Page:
2. Francis Bitonti molecule shoe
Credit: Francis Bitonti
3D-printed Molecule Shoes

Designer: Francis Bitonti

To create these shoes, Francis Bitonti used a mathematical model that generates cellular structures called Game of Life, devised by British mathematician John Conway. He used software from Adobe that generates versions of the algorithm. The model was then printed on a Stratasys Objet500 Connex3 multi-color, multi-material 3D printer. They are “grown” one pixel at a time.

“Francis Bitonti’s shoes … seek to mimic organic cellular processes which cannot be controlled, yet he was able to ‘grow’ the shoes in a way that’s simply not possible with other forms of production,” said Michelle Finamore, Penny Vinik Curator of Ashion Arts at MFA, in a Rapid Ready blog post.

The shoe is a part of a collection in which each pair is unique but based off the same design.

3. harmonograph dress
Credit: threeASFOUR
3D-printed Harmonograph Dress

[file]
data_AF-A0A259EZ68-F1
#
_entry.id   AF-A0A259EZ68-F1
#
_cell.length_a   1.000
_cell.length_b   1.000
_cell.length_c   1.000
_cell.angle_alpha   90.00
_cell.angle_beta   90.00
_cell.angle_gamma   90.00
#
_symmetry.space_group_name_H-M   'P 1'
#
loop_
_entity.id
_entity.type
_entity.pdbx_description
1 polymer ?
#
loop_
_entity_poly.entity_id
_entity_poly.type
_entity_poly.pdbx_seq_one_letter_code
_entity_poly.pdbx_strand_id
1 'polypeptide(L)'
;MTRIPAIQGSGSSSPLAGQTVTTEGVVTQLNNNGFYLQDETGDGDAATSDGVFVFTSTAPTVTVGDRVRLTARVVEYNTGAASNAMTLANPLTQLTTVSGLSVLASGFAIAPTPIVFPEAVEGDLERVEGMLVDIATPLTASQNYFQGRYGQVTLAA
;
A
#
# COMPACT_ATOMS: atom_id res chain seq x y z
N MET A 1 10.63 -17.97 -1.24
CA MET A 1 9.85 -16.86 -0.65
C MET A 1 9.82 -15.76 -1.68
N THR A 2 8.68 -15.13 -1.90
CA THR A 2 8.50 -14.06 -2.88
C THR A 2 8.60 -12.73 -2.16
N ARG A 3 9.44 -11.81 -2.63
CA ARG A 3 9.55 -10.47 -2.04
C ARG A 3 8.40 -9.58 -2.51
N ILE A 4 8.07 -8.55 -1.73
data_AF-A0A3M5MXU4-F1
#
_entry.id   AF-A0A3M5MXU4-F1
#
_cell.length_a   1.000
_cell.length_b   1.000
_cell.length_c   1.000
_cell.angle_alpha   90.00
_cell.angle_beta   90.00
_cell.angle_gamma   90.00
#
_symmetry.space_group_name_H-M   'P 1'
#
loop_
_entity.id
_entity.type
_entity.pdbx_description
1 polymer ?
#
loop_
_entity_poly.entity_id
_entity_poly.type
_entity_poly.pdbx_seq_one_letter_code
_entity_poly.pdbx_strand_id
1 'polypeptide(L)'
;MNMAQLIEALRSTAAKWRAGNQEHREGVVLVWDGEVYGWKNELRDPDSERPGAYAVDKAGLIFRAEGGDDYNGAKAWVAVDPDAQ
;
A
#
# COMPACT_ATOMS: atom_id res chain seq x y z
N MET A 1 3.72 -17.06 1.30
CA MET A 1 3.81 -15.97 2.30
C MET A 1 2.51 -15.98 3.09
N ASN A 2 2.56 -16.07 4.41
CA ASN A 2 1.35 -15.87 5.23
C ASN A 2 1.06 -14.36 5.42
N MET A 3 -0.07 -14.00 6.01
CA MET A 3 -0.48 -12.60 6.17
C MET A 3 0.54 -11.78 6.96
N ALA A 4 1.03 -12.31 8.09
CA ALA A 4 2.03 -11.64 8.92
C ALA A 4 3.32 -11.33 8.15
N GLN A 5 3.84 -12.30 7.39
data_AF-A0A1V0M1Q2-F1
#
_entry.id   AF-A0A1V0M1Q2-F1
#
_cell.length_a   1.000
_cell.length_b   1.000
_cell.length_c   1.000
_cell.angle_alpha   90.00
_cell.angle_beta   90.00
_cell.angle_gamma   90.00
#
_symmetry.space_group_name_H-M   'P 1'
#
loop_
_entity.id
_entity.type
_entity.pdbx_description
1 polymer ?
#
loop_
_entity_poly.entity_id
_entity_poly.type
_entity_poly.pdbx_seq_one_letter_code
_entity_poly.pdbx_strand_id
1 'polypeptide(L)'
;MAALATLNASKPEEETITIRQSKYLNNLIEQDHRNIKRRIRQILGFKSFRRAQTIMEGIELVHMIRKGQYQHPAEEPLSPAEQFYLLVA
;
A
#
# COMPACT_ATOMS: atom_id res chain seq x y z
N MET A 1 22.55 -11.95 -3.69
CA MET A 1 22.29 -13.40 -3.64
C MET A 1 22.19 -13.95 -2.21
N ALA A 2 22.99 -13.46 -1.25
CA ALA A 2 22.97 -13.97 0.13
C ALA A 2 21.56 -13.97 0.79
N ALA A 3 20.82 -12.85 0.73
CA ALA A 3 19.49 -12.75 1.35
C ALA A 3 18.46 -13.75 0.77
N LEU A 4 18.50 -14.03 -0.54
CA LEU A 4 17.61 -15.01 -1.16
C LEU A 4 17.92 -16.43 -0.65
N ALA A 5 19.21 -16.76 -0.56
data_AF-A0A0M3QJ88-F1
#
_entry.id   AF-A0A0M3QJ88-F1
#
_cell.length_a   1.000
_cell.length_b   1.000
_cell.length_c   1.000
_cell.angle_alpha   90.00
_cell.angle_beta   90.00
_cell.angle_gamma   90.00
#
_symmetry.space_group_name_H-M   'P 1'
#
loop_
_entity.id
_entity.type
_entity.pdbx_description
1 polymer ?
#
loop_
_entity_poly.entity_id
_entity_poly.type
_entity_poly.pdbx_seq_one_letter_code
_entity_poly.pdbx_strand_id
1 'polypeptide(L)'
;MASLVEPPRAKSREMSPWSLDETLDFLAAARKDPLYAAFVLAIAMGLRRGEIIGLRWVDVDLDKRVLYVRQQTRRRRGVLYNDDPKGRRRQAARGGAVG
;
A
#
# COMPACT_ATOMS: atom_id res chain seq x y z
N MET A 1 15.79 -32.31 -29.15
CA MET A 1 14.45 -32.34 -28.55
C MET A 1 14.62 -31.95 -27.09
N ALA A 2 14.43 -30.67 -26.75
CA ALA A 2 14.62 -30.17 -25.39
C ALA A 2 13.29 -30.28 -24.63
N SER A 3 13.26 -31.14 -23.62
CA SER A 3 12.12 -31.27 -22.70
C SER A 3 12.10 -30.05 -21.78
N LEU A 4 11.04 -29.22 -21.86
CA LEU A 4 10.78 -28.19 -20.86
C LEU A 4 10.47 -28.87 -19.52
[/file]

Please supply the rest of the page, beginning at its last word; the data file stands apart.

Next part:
Designers: threeASFOUR (Gabi Asfour, Angela Donhauser and Adi Gil)

Materials: Technological Elastomer, stretch mesh 3D-printed on Stratasys Object Connex 3D printer

The Harmonograph dress, which was featured recently at the New York Fashion Week, circles around the body in three spirals, following the geometry of the Fibonacci sequence and optically portraying the effect of a harmonograph.

The design required such preciseness that the creators said traditional handcraft could not have been used. They said technologies such as 3D printing are “better equipped than traditional methods to translate into dress the precise details of natural patterns, perfect spatial geometries and cellular growth.”

With the Stratasys multi-color, multi-material 3D printer, the artists can mix both rubber and rigid materials to any degree of flexibility and in any color within a single print.

4. petals dress
Credit: Nervous System
3D-printed Kinematics 8 Dress

Designers: Nervous System (Jessica Rosenkrantz and Jesse Louis Rosenberg)

Materials: Nylon, laser sintered (3D-printed) by Shapeways

Nervous System was the first design house to create a flexible 3D-printed garment that comes off the printer ready to wear. Their dresses are generated from a body scan and can be fully customized using a design app on the company’s website. Assembling the dress is as simple as snapping together three pieces.